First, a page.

Kamuda’s: Little store, big aspirations


KAMUDA’S COUNTRY MARKET has been serving the Pittsford area since Christmas Eve, 1939.

PITTSFORD — A Pittsford tradition since 1939, Kamuda’s Country Market is an indispensable institution to some. It seems like everyone who knows it has something good to say. And from the looks of the often-overflowing parking lot, it seems like not only does everybody know about it, but they might all be there too.

Volumes could be filled with the stories written about the little-grocery-store-that-could since its inception one Christmas Eve 83 years ago. Every new writer in the area seems to want to do a story on the longtime fixture, and with so many stories, it’s a challenge to say much about Kamuda’s that most folks don’t already know.

And yet, if you ask third-generation owner Brian Kamuda, he’ll tell you there’s a ton about Kamuda’s that not everyone knows. “The grocery business has expanded dramatically,” he said, discussing the variety of newer programs he’s implemented since taking over the business in 2017, initiatives which have brought him around 20% growth. “We’re sort of like a quasi-restaurant now.”

BRIAN KAMUDA OF Kamuda’s Country Market gets up close and personal with his customers and his seafood.

“In the last two years, we’ve added 10 employees, [going from] 24-34,” he said. “Our staff is like the secret in the sauce; they do take ownership. They go the extra mile for customers. They know our customers’ names.”

“Our standard is being the best—we’re in the ‘yes’ business,” he continued, talking about the relatively recent expansion into prepared meals, specialty goods, catering, and custom orders.

“I encourage my folks to think—people are coming in with a problem. I’m hungry tonight; I’d like to feed my family. I need something special tonight—that’s their problem. How can we be solution minded? How can we solve their problem?”

One problem that Kamuda’s has solved was Pittsford’s lack of a butcher or seafood market. Kamuda’s currently offers custom meat and seafood orders via an email and newsletter program that effectively allows the store to provide those services without the same amount of risk involved in bringing in meats and fish for a display case where it may not sell and go bad.

Customers can sign up via Facebook, email, phone, or in-person to get on a mailing list that will allow them to choose premium meats and seafood in any amount of their choosing and receive a $1-per-pound discount.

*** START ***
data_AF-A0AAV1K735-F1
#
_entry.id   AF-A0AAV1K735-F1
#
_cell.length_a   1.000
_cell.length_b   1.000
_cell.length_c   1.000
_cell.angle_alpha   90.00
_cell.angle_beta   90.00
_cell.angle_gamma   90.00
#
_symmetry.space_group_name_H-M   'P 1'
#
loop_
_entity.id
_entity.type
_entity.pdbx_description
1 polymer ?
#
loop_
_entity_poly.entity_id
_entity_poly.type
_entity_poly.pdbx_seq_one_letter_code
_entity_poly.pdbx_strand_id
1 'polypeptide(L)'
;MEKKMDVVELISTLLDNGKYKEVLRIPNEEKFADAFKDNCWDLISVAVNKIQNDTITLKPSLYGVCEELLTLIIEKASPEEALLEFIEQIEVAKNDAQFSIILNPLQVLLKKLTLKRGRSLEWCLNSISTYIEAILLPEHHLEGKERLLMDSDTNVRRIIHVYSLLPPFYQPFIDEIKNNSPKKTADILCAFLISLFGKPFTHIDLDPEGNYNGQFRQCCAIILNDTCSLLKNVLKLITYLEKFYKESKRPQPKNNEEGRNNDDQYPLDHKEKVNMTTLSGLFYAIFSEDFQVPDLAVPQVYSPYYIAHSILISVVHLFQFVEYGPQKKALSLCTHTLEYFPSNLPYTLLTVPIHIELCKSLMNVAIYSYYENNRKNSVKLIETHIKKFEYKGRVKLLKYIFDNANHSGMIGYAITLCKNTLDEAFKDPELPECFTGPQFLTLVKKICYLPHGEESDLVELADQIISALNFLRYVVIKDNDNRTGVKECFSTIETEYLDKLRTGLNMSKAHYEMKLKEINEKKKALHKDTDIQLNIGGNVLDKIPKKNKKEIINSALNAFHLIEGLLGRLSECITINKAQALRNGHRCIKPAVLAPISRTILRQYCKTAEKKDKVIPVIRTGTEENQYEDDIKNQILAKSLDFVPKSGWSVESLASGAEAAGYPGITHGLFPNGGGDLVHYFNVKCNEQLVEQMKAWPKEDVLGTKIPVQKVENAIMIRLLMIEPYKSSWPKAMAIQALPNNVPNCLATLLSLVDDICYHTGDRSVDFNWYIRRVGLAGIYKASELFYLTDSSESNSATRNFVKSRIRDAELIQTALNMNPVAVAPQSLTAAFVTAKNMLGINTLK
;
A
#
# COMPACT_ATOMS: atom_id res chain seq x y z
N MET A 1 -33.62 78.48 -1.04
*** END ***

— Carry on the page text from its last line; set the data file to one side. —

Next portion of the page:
Kamuda is especially excited about the seafood program, which is done in partnership with Earth and Sea Fish Market in Manchester and allows customers to select from a list of items that are available via the Boston Fish Pier that’s then distributed at Kamuda’s starting at 7 a.m. on Tuesdays and Fridays.

Currently, Kamuda says he has around 550 people on the mailing list and that the store brings in roughly 400 pounds of seafood a week.

ANDREA TARVELLA IS the man behind Kamu- da’s famous chicken parm.

Catering, family dinners, and prepared meals are other areas working well for the market, and they offer daily specials on weekdays. Mondays have a rotating special, Tuesdays are chicken pot pie, and Wednesdays also rotate among baked ham, lasagna, ribs, and other staples. Fridays are reserved for higher-end fare, with dishes like prime rib and shrimp linguine, but it’s Thursdays that Kamuda says are the biggest hit with their chicken parm.

Kamuda says behind what some have called “the best chicken parm they’ve ever had” is Andrea Tarvella, a Sicilian man whom Kamuda says was once a professional waiter who worked in Paris and Boston as well as at the critically acclaimed, long-shuttered Hemingway’s in Killington.

Kamuda, who has 12 years of sales and marketing experience working for the NBA and the Orlando Magic, says that some of his time there informs what he does with his business now. “Sales is built on trust,” he said, “How do we build trust with our customers?”

Kamuda says he preaches the three Cs to his staff: Comfortability, confidence, and competence.  He wants his employees to have all three of those things and to have them in a harmonious balance—not too much of one or the other. “They need to be in line,” he said.

Flexibility is another means by which Kamuda says his business has been able to thrive, both in the ability to buy wholesale items that he can sell to his customers at a better price than some of the bigger stores but also in the way Kamuda’s can accommodate special requests. “Give me a recommendation,” he said. “If you’re looking for something, there’s probably a dozen other people that would want it too.”

Kamuda says his goal for the store is to be the best. “’[We] strive for excellence, being empathetic to the customer, asking good questions—bringing a consultative approach to a commodity,” he said.

“[If people say] I just know there’s gonna be good value at Kamuda’s—that’s a compliment to us if folks can really say I trust that you’re gonna take care of it,” he continued, discussing Kamuda’s almost symbiotic relationship with its customers. “We still gotta earn it.”

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